CHAPTER XVI
TAXES ON WINDFALLS

§ 1. By windfalls I mean accretions to the real value of people's property that are not foreseen by them and are not in any degree due to efforts made, intelligence exercised, risks borne, or capital invested by them. In the present chapter I propose to consider taxes assessed upon these objects. It is apparent immediately that in their announcement aspect such taxes conform to the ideal, for they take the same given amount of money from the taxpayer without reference to his conduct in any respect. What is to be said of them in their distributional aspect?

§ 2. It is possible to imagine a community in which, by a miraculous dispensation of Providence, windfalls are so distributed that large ones always go to poor people, moderate ones to men of middle incomes, and none at all to rich people. In actual life there is no reason to suppose that anything of this sort happens. On the contrary, if any general presumption can be made, it is that rich people are more likely to enjoy windfalls than anybody else, because most windfalls consist in unlooked-for changes in the value of some piece of material property, and pieces of material property are, in the main, owned by rich men. We have, therefore, no ground for supposing that windfalls as a whole are good for distribution or that taxes upon them would be distributionally bad. Something might be said, if it were administratively practiable, for exempting from taxation any windfalls (of moderate amount) that fall to poor people: but, apart from this, in so far as true windfalls can in practice be isolated, the general considerations set out in this volume point towards heavy taxation--perhaps 100 per cent taxation--of all of them.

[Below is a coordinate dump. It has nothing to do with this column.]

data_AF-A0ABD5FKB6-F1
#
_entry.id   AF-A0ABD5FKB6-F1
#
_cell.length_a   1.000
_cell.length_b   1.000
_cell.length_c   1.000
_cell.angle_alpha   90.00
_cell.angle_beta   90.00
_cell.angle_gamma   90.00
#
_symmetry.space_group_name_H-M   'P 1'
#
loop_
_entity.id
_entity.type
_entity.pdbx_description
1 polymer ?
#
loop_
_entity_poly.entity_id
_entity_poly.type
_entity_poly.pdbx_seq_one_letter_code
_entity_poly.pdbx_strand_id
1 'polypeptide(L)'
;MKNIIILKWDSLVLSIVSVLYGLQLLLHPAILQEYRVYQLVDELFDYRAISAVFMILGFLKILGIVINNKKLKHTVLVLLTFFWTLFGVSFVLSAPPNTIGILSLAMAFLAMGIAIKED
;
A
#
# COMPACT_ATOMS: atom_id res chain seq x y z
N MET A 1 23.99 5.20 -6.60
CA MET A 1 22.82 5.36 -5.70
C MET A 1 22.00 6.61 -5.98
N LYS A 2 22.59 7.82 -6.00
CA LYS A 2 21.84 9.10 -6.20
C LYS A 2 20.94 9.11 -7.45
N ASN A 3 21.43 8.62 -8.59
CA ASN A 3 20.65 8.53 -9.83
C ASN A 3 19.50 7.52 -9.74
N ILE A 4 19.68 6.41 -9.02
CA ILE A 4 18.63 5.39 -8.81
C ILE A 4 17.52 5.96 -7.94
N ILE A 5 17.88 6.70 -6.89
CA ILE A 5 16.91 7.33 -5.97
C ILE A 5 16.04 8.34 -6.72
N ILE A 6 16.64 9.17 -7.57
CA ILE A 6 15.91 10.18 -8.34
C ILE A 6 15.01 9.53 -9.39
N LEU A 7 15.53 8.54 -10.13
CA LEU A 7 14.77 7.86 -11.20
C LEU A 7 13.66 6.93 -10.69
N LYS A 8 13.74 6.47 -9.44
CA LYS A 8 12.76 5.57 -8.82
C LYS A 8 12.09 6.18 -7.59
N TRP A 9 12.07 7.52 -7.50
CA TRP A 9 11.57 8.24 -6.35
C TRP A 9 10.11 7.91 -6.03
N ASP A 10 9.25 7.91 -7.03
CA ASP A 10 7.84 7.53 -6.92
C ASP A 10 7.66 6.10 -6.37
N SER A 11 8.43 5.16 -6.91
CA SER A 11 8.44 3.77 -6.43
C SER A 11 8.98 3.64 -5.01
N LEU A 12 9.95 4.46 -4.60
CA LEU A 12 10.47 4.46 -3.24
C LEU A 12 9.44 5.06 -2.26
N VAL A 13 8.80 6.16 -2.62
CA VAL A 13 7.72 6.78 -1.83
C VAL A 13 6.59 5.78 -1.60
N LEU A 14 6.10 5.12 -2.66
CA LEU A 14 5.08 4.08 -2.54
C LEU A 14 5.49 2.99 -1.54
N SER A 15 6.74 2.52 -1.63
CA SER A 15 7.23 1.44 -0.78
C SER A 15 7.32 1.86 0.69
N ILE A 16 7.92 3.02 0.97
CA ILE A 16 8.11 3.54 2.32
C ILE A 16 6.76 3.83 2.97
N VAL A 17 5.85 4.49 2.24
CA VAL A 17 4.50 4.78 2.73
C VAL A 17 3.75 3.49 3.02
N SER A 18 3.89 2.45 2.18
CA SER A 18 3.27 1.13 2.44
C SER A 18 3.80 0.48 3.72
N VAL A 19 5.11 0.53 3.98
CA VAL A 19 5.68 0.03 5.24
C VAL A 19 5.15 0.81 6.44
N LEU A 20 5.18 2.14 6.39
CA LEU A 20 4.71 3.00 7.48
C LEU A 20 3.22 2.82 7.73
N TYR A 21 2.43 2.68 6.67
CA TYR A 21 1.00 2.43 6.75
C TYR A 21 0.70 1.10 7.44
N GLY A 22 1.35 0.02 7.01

-177-

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